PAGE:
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Exploring Bodily and Spatial Rhetoric in the De Opificio Dei of Lactantius

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In the construction of spatiality, “partitioning” (as Foucault would have it), or the formation of the “enclosure,” allows not only for the production of an object of knowledge, but prompted by the regulative procedures of a social order, also invests spaces with an almost inherent valorisation. The relations of power active in the production of demarcated space, not only allows for the disciplined production of knowledge within the boundaries of the enclosure, but it also enacts the principle of hierarchy, rendering some parts of more value than others, evoking reasons for boundaries, evaluating types of movement and mobility, thereby reproducing social order. How a version of an interior body was embedded within a rhetoric of spatiality in antiquity is the objective of this essay. The point of departure is not a pre-discursive interior body upon which a rhetoric of spatiality has been inscribed, but an already rhetorically constructed object of knowledge in interaction with a rhetoric of spatiality. Besides exploring the interaction of bodily and spatial rhetoric with reference to specific prominent issues in the Dei Opificio Dei of Lactantius, the question whether a version of Roman masculinity tropologically functions as proposal for the construction of social order is also posed.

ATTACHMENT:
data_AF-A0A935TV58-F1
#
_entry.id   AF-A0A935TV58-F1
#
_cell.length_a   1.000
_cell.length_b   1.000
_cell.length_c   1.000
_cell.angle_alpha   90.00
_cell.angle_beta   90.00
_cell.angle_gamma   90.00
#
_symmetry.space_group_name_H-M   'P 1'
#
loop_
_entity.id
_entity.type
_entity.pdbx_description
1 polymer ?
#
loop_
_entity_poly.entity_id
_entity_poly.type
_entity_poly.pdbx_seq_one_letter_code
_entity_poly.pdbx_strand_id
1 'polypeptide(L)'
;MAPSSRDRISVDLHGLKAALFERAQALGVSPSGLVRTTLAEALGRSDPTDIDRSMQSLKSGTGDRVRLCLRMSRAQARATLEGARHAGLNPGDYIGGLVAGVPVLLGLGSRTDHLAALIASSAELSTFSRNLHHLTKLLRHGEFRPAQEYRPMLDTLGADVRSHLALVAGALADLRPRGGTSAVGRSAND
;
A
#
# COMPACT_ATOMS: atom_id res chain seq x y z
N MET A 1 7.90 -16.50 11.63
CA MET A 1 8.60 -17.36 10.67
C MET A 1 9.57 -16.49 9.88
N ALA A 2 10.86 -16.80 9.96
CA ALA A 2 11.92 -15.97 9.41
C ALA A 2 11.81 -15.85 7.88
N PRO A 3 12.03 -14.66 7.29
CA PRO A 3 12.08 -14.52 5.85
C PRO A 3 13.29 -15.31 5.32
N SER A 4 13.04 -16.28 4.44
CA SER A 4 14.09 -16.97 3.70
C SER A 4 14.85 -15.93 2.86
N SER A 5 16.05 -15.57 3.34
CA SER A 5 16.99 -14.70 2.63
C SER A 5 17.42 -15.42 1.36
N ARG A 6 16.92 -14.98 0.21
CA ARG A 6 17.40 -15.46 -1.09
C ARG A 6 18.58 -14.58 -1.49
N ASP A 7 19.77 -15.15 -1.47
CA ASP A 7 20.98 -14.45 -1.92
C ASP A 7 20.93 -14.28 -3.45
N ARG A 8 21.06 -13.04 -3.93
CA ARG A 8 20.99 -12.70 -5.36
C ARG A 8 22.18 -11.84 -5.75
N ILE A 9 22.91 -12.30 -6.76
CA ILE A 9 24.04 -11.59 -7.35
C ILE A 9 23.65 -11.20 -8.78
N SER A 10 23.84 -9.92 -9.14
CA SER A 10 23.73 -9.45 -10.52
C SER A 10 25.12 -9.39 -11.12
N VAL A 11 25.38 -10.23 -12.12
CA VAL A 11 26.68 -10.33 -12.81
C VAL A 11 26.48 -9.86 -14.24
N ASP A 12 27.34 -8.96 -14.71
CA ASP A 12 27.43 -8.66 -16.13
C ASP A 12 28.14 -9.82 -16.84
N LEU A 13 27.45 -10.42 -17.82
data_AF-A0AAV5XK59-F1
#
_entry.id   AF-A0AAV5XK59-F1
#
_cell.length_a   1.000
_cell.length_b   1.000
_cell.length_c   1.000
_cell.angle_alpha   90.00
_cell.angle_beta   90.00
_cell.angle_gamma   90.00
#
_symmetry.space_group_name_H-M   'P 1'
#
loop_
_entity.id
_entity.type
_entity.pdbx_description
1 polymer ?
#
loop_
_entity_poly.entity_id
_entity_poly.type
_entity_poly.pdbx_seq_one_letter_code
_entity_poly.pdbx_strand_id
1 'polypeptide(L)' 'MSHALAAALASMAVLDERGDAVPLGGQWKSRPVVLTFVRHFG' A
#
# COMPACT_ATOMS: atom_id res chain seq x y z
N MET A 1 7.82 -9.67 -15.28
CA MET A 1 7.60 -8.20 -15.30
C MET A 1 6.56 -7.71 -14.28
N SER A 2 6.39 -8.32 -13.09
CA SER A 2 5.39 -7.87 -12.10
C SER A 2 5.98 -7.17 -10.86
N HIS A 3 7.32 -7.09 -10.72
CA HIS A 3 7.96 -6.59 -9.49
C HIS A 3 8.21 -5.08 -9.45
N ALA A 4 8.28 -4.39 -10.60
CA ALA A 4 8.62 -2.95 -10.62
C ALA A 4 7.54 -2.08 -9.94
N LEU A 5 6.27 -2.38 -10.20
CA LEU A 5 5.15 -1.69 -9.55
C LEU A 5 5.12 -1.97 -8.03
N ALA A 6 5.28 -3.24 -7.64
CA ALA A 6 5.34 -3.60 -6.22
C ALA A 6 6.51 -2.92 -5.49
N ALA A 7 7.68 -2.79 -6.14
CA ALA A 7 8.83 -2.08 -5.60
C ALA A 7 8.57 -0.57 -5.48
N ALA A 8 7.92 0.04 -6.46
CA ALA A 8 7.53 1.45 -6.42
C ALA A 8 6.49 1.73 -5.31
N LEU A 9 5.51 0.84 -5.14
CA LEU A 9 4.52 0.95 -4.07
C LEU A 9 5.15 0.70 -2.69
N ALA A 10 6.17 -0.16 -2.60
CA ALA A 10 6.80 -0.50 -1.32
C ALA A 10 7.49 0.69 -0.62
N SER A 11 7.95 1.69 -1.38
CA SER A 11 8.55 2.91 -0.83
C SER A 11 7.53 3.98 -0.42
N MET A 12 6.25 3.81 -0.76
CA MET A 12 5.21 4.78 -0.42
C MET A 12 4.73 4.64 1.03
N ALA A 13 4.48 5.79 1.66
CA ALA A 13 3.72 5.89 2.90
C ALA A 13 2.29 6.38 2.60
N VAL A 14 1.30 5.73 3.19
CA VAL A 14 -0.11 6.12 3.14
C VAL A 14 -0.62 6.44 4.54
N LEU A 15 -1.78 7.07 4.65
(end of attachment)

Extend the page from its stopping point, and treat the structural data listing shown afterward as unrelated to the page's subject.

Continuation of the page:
Affiliations: 1: University of South Africa


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